The Central Bank of Nigeria (CBN) has extended the deadline for the implementation of higher capital adequacy ratio (CAR) requirements for systemically important banks (SIBs), a report has shown.
The policy, which was to take effect from July 1, 2016, but has been deferred to an undisclosed date, stipulates the implementation of 16 per cent minimum CAR for SIBs.
The SIBs are First Bank of Nigeria Limited, Guaranty Trust Bank Plc (GTBank), Zenith Bank Plc, United Bank for Africa Plc (UBA), Access Bank Plc, Skye Bank Plc, Ecobank Nigeria and Diamond Bank Plc.
The eight financial institutions designated as SIBs by the central bank were required to hold more liquid assets and a liquidity ratio of 35 per cent. This meant the affected banks were expected to have a minimum liquidity ratio, which is five per cent above the 30 per cent requirement in the industry.
“We gathered from our meetings that implementation of the 16 per cent minimum CAR for systemically
important banks, scheduled to take effect from 1 July 2016, is likely to be delayed. We view this positively given the difficulties in boosting capitalisation levels in this environment.
“That said the CBN on 14 March, tightened CAR requirements – all intragroup placements will be assigned a minimum risk weight of 100 per cent from 20 per cent owing to perceived risks from such exposures,” the report by Renaissance Capital stated.
In addition, the report showed that on-going forex shortages have deteriorated over the past few months with the banks still estimating a win-ratio of forex bids at 7-10 per cent.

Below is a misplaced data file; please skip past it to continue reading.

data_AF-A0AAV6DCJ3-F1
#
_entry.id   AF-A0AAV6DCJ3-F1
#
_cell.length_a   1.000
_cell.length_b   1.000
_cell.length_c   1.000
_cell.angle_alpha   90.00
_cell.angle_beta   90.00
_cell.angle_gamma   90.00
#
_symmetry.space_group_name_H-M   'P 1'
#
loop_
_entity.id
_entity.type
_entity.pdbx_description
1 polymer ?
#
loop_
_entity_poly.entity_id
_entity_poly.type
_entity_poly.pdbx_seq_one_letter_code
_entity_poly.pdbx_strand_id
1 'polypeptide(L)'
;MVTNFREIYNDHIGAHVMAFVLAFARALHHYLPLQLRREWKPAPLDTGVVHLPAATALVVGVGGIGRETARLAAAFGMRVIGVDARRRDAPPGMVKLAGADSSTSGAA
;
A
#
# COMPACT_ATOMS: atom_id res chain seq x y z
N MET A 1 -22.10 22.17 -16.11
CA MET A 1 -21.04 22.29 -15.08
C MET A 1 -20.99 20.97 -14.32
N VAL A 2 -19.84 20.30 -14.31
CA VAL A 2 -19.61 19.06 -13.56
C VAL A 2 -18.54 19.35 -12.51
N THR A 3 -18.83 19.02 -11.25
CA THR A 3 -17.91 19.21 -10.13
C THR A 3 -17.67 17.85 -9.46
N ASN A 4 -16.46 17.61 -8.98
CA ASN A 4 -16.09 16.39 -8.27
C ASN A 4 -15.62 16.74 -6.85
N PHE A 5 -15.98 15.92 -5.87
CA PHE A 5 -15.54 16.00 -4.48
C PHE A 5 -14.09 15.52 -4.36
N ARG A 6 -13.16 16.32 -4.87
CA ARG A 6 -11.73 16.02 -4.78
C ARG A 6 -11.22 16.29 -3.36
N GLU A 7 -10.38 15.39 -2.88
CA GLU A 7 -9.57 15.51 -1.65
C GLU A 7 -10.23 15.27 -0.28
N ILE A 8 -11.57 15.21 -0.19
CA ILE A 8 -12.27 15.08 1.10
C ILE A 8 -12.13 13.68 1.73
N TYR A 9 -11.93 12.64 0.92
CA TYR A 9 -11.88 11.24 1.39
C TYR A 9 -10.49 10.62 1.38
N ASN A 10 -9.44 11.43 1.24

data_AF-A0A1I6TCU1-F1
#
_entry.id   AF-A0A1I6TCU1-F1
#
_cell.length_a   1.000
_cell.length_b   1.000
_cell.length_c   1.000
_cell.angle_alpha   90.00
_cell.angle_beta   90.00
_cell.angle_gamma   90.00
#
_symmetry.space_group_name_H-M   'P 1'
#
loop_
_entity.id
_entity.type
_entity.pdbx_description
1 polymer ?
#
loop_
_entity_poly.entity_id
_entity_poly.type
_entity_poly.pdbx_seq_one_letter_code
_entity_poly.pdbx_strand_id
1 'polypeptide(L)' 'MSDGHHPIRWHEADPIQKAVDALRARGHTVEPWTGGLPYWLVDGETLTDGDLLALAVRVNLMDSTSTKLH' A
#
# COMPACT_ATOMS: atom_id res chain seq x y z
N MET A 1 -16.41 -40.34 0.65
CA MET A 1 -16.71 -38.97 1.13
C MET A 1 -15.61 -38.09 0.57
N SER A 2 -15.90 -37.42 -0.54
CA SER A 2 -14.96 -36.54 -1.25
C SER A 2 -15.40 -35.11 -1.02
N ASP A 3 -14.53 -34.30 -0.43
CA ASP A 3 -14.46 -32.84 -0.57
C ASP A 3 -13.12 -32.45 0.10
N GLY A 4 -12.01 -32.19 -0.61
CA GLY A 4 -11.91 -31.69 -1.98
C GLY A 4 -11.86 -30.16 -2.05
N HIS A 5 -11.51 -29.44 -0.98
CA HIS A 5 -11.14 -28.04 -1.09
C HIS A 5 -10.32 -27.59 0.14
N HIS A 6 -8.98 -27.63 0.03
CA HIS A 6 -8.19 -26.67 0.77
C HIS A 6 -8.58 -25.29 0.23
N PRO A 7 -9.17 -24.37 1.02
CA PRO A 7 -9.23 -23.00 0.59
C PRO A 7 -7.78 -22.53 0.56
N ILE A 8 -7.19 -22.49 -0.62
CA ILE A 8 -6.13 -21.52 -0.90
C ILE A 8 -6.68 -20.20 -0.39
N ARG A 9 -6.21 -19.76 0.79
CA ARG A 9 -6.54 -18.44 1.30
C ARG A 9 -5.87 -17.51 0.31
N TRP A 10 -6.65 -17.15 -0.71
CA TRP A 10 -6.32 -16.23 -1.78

Despite the adjustment of petrol prices to reflect a NGN285/$1 exchange rate, the firm held the opinion that petrol scarcity issues are likely to continue as international oil companies (IoCs) are mostly not selling forex directly to the marketers, saying that “even if they were, forex supply gaps remain material.”
It also revealed that the CBN has given approval to Moneygram to execute inflow conversions and outflows at N240-264/$1. The move, it pointed out fans “the flames of the devaluation debate.”
“For the banks the status quo remains until there is guidance from the CBN. What could facilitate supply is a liberalisation of interbank pricing. From a technical perspective, banks’ share prices could rally post devaluation simply on the back of forex inflows; but from a fundamental perspective, we still see this fuelling another round of capital pressure and non-performing loans (NPLs) formation in the sector.
“Nigerian forex regulations do not recognise any forex market as ‘secondary market’, which makes it difficult to understand how forex sales at N285 /$1 are supposed to work given that the official and interbank rates remain fixed at N197/$1 and NGN199/$1, respectively, and the parallel market is about N340/$1,” it added.
The report revealed that discussions with some banks showed that the CBN was not carried along in the new petrol pricing changes. This, RenCap pointed out did not help, as IoC forex sales are often regulated and currently need to be transacted in a legally recognised market – interbank in this instance.
“Therefore, without a liberalisation of the interbank market by the CBN (probably via a two-tier exchange rate system or a devaluation), some banks consider the full practicality of this directive questionable.
“We gather from some banks that only one IoC sold forex under this window by directing the bank to allocate its forex sales to a specific marketer. Checking with the IoC, it has only done this twice; it now has concerns as to why it should keep selling forex to a marketing company at N199/$1 when the petrol pricing template has changed to N285.
“We understand most of the other IoCs never really partook in this window as they would typically only sell forex sufficient enough to meet their naira obligations. As they have scaled down domestic operations besides the decline in oil prices, IoC forex sales have consequently declined,” it added.